We’re continuing on in a series that I believe is more of an open discussion than anything else. I’ve been impressed to write more topically for a few weeks because of the need to give certain issues specific attention. When I was brainstorming the idea of “What lies need to be dismantled?”, I came to realize that as Christians, we primarily believe lies about ourselves that can hold us back from moving forward in our faith. It’s these lies that were the subject of last week’s blog post here. This was in no way an attempt to be comprehensive but the main points were some of the most common conversations I’ve had. Even the most seasoned and mature Christian can still have these lies pop into their head from time to time. That’s why it’s so important to regularly bathe our minds in the Word and in prayer. By doing so, we are renewed and transformed into the image and likeness of Christ.
This week we move forward to address lies we believe about God. Obviously, this is a BIG topic because there are many, many lies that get perpetuated about God. And one can only scratch the surface in a few minutes in a blog entry. As we move from ourselves inward, it can be logical to move outward and even project falsehoods onto the Creator. We have the propensity, even the will perhaps, to formulate and speculate Who or What God is. Problem is, we often do so outside of the Bible and outside of His revelation of Who He is and What He has already demonstrated Himself to be.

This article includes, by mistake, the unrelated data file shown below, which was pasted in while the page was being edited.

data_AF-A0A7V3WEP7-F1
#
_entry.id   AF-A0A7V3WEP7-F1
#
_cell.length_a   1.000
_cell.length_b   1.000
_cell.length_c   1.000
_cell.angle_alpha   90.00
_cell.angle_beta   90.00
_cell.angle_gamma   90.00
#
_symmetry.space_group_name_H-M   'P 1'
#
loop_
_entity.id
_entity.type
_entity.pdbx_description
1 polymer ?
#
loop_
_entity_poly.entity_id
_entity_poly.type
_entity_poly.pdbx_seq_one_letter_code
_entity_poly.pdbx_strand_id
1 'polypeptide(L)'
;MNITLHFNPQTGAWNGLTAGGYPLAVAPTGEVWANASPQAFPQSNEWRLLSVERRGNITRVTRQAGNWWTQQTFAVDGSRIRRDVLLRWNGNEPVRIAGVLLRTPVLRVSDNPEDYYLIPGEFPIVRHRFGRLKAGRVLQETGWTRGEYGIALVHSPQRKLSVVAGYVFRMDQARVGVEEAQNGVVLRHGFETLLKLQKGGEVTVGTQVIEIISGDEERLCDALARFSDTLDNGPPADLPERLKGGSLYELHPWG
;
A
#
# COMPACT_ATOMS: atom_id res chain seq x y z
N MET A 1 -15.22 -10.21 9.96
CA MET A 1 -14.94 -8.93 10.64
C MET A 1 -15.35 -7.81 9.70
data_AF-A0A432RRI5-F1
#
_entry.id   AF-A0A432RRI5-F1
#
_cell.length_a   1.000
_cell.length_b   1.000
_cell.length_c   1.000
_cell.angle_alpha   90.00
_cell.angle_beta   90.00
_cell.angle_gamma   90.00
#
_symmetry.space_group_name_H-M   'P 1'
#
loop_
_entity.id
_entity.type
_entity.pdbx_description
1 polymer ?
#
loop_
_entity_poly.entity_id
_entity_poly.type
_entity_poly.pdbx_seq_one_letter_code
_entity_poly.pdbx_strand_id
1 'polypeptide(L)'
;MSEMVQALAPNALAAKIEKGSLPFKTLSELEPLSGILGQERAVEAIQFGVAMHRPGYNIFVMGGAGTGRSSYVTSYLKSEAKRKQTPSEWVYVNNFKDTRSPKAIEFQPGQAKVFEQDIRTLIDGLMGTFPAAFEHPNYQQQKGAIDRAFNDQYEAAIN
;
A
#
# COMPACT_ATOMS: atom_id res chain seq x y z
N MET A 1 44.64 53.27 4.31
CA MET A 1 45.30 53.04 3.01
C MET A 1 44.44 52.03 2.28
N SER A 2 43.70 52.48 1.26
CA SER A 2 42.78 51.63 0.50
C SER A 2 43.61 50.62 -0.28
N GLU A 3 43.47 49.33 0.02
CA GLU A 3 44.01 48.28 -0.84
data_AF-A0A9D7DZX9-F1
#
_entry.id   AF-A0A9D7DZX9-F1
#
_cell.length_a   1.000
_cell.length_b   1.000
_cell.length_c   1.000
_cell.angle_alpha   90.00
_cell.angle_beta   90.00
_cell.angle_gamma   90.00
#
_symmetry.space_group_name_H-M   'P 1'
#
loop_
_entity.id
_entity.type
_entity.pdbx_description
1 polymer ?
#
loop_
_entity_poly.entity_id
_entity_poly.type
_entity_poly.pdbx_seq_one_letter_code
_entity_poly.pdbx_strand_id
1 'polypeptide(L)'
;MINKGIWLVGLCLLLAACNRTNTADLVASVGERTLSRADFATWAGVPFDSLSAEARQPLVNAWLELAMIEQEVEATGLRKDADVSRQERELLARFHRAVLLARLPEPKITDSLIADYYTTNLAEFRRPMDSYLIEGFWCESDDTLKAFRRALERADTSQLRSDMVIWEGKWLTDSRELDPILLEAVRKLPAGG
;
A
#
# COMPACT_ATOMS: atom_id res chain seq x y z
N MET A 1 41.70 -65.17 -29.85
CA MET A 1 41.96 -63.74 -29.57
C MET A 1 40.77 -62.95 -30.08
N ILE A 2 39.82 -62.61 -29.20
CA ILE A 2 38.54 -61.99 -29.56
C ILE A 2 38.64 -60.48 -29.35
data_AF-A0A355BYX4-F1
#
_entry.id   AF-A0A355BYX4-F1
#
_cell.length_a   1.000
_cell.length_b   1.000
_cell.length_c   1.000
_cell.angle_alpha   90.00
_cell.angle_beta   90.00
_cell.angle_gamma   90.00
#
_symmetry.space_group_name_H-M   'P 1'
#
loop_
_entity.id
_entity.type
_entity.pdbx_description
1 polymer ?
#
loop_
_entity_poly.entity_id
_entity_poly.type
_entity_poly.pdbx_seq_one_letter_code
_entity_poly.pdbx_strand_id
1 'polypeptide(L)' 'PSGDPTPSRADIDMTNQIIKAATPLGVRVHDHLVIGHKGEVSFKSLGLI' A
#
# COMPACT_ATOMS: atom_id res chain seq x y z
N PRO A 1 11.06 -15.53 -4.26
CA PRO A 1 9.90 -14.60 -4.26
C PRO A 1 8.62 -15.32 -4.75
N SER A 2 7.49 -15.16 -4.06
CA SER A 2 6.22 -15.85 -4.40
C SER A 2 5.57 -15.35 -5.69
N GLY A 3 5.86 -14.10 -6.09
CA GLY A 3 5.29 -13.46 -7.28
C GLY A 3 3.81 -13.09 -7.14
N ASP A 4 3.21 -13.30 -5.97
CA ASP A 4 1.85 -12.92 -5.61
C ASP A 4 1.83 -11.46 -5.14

Again this week I believe God is big enough for us to ask hard questions and even bring to Him our doubts or mistrust we may have. As I said last week, Satan’s playbook really isn’t that difficult to figure out. Many of these lies are the things that have been passed down through the ages, simply repackaged and replicated to fit the context of the day. As much as things change, they really just stay the same! I think you will agree…so here goes:
Lie #1. God is not completely good
When we look at the world around us, in its fallen state; when we see headline after headline of brokenness and tragedy, the conclusion often seems logical: “If God were really good, the world would not look the way it does.” And as Christians, we face ridicule and admonishment from the world because if God really does exist, why would He allow so much suffering. This first lie is so strong, I believe it’s a lead-in to atheism for so many. Honestly, we’ve been led to question God’s goodness and provision for us since the very beginning. It was the serpent in Genesis 3 which first put doubt into the mind of Eve:
Now the serpent was the most cunning of all the wild animals that the Lord God had made. He said to the woman, “Did God really say, ‘You can’t eat from any tree in the garden’?” Genesis 3:1